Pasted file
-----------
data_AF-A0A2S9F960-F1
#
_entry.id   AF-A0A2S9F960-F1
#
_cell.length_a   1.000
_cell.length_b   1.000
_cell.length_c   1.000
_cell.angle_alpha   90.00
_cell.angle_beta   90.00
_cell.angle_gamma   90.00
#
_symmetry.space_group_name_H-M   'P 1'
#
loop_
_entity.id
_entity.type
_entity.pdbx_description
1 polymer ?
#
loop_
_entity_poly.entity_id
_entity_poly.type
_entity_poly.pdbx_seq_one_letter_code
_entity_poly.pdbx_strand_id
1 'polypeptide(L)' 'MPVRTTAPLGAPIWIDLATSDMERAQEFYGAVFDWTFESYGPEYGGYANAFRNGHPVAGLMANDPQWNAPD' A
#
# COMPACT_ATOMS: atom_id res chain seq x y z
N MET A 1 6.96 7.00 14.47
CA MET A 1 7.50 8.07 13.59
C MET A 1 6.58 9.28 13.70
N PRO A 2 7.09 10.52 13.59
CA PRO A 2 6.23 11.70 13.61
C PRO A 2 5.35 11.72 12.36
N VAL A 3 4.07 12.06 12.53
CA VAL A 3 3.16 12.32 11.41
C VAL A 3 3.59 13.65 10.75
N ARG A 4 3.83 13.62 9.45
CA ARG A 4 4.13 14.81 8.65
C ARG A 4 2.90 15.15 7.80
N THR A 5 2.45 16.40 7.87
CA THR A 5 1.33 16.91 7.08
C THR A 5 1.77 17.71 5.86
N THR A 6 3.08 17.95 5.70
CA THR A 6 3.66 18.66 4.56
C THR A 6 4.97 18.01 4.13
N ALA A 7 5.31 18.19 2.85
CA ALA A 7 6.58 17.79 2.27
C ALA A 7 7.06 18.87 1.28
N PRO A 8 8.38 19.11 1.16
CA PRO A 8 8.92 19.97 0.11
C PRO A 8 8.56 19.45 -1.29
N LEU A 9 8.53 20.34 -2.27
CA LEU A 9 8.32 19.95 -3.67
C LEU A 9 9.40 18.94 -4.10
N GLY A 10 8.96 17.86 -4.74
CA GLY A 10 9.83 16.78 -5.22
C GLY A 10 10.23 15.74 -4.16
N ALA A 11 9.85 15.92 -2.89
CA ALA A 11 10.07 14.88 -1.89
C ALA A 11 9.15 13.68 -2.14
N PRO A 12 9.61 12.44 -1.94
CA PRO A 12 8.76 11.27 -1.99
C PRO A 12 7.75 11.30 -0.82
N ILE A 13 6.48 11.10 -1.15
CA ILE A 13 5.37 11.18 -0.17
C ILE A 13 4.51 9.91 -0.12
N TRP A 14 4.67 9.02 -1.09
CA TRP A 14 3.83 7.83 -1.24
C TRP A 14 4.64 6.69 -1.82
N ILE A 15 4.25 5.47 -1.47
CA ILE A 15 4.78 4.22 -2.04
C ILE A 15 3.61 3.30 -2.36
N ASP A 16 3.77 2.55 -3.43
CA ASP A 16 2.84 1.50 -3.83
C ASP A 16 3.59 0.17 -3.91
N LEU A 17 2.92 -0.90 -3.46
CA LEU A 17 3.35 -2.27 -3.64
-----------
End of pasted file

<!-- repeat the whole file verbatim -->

data_AF-A0A2S9F960-F1
#
_entry.id   AF-A0A2S9F960-F1
#
_cell.length_a   1.000
_cell.length_b   1.000
_cell.length_c   1.000
_cell.angle_alpha   90.00
_cell.angle_beta   90.00
_cell.angle_gamma   90.00
#
_symmetry.space_group_name_H-M   'P 1'
#
loop_
_entity.id
_entity.type
_entity.pdbx_description
1 polymer ?
#
loop_
_entity_poly.entity_id
_entity_poly.type
_entity_poly.pdbx_seq_one_letter_code
_entity_poly.pdbx_strand_id
1 'polypeptide(L)' 'MPVRTTAPLGAPIWIDLATSDMERAQEFYGAVFDWTFESYGPEYGGYANAFRNGHPVAGLMANDPQWNAPD' A
#
# COMPACT_ATOMS: atom_id res chain seq x y z
N MET A 1 6.96 7.00 14.47
CA MET A 1 7.50 8.07 13.59
C MET A 1 6.58 9.28 13.70
N PRO A 2 7.09 10.52 13.59
CA PRO A 2 6.23 11.70 13.61
C PRO A 2 5.35 11.72 12.36
N VAL A 3 4.07 12.06 12.53
CA VAL A 3 3.16 12.32 11.41
C VAL A 3 3.59 13.65 10.75
N ARG A 4 3.83 13.62 9.45
CA ARG A 4 4.13 14.81 8.65
C ARG A 4 2.90 15.15 7.80
N THR A 5 2.45 16.40 7.87
CA THR A 5 1.33 16.91 7.08
C THR A 5 1.77 17.71 5.86
N THR A 6 3.08 17.95 5.70
CA THR A 6 3.66 18.66 4.56
C THR A 6 4.97 18.01 4.13
N ALA A 7 5.31 18.19 2.85
CA ALA A 7 6.58 17.79 2.27
C ALA A 7 7.06 18.87 1.28
N PRO A 8 8.38 19.11 1.16
CA PRO A 8 8.92 19.97 0.11
C PRO A 8 8.56 19.45 -1.29
N LEU A 9 8.53 20.34 -2.27
CA LEU A 9 8.32 19.95 -3.67
C LEU A 9 9.40 18.94 -4.10
N GLY A 10 8.96 17.86 -4.74
CA GLY A 10 9.83 16.78 -5.22
C GLY A 10 10.23 15.74 -4.16
N ALA A 11 9.85 15.92 -2.89
CA ALA A 11 10.07 14.88 -1.89
C ALA A 11 9.15 13.68 -2.14
N PRO A 12 9.61 12.44 -1.94
CA PRO A 12 8.76 11.27 -1.99
C PRO A 12 7.75 11.30 -0.82
N ILE A 13 6.48 11.10 -1.15
CA ILE A 13 5.37 11.18 -0.17
C ILE A 13 4.51 9.91 -0.12
N TRP A 14 4.67 9.02 -1.09
CA TRP A 14 3.83 7.83 -1.24
C TRP A 14 4.64 6.69 -1.82
N ILE A 15 4.25 5.47 -1.47
CA ILE A 15 4.78 4.22 -2.04
C ILE A 15 3.61 3.30 -2.36
N ASP A 16 3.77 2.55 -3.43
CA ASP A 16 2.84 1.50 -3.83
C ASP A 16 3.59 0.17 -3.91
N LEU A 17 2.92 -0.90 -3.46
CA LEU A 17 3.35 -2.27 -3.64